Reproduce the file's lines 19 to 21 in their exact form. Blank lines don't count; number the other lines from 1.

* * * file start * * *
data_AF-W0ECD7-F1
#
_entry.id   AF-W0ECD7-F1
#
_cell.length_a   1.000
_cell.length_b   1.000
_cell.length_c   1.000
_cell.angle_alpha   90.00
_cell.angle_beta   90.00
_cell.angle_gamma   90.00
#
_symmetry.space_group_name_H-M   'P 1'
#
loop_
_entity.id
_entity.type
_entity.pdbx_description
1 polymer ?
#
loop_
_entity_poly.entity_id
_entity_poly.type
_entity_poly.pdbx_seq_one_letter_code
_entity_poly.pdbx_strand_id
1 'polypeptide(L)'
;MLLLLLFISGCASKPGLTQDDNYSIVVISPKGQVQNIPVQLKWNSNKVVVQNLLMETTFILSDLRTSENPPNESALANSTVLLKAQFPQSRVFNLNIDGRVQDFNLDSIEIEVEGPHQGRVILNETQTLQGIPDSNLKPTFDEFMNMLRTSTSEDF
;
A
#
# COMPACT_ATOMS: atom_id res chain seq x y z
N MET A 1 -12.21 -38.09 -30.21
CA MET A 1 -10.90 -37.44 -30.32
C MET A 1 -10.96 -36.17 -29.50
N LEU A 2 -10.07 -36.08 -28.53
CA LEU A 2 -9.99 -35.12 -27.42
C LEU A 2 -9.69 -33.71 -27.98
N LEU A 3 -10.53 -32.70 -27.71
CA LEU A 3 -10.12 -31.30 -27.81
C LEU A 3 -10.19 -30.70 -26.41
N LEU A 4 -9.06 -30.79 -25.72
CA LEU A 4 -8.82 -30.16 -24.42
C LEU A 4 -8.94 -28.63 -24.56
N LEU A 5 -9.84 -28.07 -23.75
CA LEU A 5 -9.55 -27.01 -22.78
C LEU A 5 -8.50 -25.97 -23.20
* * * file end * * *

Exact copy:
#
loop_
_entity_poly.entity_id